Tick-borne encephalitis (TBE) is an important, vaccine-preventable arthropod-borne disease, causing severe illness in children. In order to evaluate the immune response to different licensed primary immunization schedules, a total of 294 children aged 1 to 11 years of age were enrolled in a randomized, controlled, multicenter trial. The subjects were vaccinated with the pediatric formulation of a TBE vaccine (Encepur® children) according to the conventional schedule (Group C; N = 73, vaccination on days O, 28 and 300), the modified conventional schedule (Group M; N = 139, vaccination on days O, 21 and 300), or the rapid schedule (Group R; N = 82, vaccination on Days O, 7 and 21). Antibody titers as measured by neutralization-test (NT) and ELISA were determined on Days O, 42, 180, 300, and 321. The demographic data of the study groups were similar. Most subjects (97%-100%) reached an NT titer of at least 1:10 on Day 42. On Day 42, the highest NT geometric mean titers (GMTs) were reached in Group C, In Group C and Group M, titers declined up to Day 300. Until Day 300, the highest NT-GMTs were maintained in Group R, notably without a decline compared to Day 42. Group M reached titers similar to Group R on Day 42, but these titers declined by 50% up to Day 180. Similar to the NT, on Day 42 highest geometric mean concentrations (GMCs) as measured by ELISA across all groups were reached in Group C. In all groups, titers declined until Day 300. On Day 300, GMC ELISA of Group R was higher compared to Group C and Group M. To conclude, the rapid immunization schedule in children not only provides fast protection but also leads to stable titers as measured by NT for at least 300 days after vaccination.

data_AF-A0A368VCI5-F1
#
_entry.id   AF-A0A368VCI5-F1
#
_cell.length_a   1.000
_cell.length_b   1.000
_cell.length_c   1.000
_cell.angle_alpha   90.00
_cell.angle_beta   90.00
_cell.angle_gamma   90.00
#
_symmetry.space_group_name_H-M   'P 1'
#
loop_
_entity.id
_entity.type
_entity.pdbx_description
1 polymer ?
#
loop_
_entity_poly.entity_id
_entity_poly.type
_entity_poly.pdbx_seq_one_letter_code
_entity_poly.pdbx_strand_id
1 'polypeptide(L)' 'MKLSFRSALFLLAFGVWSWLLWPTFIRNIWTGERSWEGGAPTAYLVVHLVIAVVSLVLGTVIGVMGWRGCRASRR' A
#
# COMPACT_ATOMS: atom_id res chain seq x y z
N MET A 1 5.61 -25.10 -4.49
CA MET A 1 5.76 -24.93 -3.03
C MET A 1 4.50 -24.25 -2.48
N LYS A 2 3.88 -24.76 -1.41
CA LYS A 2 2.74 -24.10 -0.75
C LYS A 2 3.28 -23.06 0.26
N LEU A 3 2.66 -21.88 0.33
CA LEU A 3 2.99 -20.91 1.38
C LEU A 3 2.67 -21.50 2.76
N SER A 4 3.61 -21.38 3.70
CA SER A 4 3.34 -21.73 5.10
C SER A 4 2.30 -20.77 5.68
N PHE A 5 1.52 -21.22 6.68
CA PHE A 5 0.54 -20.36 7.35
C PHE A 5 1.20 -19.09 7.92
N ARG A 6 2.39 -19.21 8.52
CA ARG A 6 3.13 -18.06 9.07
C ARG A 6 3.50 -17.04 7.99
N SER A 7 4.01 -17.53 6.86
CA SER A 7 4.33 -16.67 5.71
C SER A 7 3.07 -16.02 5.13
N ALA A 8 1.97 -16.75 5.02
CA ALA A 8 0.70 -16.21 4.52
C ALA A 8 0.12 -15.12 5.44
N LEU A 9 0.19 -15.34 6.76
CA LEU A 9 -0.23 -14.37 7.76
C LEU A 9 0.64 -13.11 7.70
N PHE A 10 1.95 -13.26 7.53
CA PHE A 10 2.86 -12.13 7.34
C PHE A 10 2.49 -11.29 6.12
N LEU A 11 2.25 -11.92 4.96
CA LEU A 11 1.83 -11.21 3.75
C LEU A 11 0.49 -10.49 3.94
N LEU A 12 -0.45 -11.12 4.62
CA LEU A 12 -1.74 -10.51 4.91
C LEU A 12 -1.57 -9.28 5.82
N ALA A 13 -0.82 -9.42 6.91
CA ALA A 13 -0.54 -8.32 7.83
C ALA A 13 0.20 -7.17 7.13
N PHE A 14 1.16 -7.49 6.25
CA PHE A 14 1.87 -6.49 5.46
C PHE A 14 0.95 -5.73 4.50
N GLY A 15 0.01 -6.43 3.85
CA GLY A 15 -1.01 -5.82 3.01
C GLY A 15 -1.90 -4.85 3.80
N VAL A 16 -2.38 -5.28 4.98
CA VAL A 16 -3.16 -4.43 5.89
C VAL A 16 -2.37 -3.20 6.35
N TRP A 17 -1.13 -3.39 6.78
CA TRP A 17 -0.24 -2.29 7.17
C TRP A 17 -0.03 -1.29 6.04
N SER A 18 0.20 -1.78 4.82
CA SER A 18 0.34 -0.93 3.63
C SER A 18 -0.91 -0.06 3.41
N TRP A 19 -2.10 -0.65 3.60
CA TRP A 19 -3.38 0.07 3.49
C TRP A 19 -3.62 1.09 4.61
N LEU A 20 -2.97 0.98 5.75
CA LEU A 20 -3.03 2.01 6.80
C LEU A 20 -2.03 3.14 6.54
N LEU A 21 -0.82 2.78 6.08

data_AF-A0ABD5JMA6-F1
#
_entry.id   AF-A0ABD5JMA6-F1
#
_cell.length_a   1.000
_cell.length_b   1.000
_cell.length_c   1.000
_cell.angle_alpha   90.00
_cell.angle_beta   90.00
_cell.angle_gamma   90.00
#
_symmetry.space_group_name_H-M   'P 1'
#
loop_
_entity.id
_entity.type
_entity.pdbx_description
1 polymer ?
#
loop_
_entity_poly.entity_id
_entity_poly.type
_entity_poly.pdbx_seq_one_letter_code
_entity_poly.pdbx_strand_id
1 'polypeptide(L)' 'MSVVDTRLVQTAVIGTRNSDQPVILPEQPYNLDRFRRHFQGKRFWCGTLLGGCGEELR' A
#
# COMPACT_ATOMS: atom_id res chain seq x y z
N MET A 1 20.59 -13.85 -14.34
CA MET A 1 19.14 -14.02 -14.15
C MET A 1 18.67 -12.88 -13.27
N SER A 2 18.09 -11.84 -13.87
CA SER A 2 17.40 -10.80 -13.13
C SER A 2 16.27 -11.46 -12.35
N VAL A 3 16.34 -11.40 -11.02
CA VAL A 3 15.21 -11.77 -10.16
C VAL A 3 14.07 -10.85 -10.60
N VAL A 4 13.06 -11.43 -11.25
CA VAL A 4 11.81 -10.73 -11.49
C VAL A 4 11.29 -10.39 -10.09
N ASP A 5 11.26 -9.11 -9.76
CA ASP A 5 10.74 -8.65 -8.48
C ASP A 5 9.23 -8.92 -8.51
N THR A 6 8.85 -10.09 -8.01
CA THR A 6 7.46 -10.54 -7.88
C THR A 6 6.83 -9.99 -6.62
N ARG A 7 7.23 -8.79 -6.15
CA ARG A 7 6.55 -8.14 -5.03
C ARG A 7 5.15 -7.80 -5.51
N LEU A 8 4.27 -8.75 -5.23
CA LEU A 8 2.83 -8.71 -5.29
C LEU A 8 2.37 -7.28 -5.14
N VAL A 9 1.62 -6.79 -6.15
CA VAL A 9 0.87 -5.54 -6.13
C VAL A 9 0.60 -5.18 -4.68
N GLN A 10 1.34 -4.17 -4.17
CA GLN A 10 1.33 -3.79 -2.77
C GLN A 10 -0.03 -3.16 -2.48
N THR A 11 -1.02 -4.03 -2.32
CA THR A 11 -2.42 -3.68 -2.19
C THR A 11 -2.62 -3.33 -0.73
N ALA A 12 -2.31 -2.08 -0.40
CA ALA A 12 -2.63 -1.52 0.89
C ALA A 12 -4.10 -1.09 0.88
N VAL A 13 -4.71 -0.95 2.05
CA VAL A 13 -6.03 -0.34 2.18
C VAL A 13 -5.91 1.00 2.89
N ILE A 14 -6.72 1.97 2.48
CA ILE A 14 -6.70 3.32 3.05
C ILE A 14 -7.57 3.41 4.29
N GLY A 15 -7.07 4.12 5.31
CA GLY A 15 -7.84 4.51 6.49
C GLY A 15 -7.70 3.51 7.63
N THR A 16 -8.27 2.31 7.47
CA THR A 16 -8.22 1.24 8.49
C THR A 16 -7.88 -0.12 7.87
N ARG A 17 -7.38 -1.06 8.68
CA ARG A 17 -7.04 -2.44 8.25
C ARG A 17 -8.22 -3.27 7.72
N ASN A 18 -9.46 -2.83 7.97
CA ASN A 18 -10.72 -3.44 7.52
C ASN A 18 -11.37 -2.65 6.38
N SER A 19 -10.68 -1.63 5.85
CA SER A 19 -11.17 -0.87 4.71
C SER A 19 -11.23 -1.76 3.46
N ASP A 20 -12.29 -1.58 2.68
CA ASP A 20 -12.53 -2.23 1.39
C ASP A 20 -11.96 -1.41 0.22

- Rapid immunization schedule
- Tick-borne encephalitis
ASJC Scopus subject areas
- Pharmacology, Toxicology and Pharmaceutics(all)